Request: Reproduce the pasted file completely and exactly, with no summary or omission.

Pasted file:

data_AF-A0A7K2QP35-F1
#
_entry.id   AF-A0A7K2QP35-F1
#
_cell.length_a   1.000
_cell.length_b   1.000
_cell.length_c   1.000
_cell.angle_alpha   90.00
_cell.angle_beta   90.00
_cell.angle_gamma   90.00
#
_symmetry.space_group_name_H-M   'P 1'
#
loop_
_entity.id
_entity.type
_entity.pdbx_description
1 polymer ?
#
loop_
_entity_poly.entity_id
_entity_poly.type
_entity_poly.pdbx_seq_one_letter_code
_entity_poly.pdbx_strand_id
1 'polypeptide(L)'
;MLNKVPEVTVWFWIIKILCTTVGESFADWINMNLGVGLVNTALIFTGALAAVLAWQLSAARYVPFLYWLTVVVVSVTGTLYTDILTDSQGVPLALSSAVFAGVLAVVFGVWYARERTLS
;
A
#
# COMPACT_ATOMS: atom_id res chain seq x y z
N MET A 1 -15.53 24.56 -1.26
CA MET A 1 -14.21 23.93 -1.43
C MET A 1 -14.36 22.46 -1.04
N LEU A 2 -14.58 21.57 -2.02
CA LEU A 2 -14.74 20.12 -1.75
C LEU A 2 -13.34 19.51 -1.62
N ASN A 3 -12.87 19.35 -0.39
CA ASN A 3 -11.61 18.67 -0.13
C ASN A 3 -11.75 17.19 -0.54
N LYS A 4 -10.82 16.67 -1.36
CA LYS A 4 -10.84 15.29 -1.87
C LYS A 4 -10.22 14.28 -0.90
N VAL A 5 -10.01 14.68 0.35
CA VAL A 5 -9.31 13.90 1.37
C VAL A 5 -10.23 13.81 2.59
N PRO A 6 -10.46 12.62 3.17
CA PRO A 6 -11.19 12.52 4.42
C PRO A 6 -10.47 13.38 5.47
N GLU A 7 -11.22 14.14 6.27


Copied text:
data_AF-A0A7K2QP35-F1
#
_entry.id   AF-A0A7K2QP35-F1
#
_cell.length_a   1.000
_cell.length_b   1.000
_cell.length_c   1.000
_cell.angle_alpha   90.00
_cell.angle_beta   90.00
_cell.angle_gamma   90.00
#
_symmetry.space_group_name_H-M   'P 1'
#
loop_
_entity.id
_entity.type
_entity.pdbx_description
1 polymer ?
#
loop_
_entity_poly.entity_id
_entity_poly.type
_entity_poly.pdbx_seq_one_letter_code
_entity_poly.pdbx_strand_id
1 'polypeptide(L)'
;MLNKVPEVTVWFWIIKILCTTVGESFADWINMNLGVGLVNTALIFTGALAAVLAWQLSAARYVPFLYWLTVVVVSVTGTLYTDILTDSQGVPLALSSAVFAGVLAVVFGVWYARERTLS
;
A
#
# COMPACT_ATOMS: atom_id res chain seq x y z
N MET A 1 -15.53 24.56 -1.26
CA MET A 1 -14.21 23.93 -1.43
C MET A 1 -14.36 22.46 -1.04
N LEU A 2 -14.58 21.57 -2.02
CA LEU A 2 -14.74 20.12 -1.75
C LEU A 2 -13.34 19.51 -1.62
N ASN A 3 -12.87 19.35 -0.39
CA ASN A 3 -11.61 18.67 -0.13
C ASN A 3 -11.75 17.19 -0.54
N LYS A 4 -10.82 16.67 -1.36
CA LYS A 4 -10.84 15.29 -1.87
C LYS A 4 -10.22 14.28 -0.90
N VAL A 5 -10.01 14.68 0.35
CA VAL A 5 -9.31 13.90 1.37
C VAL A 5 -10.23 13.81 2.59
N PRO A 6 -10.46 12.62 3.17
CA PRO A 6 -11.19 12.52 4.42
C PRO A 6 -10.47 13.38 5.47
N GLU A 7 -11.22 14.14 6.27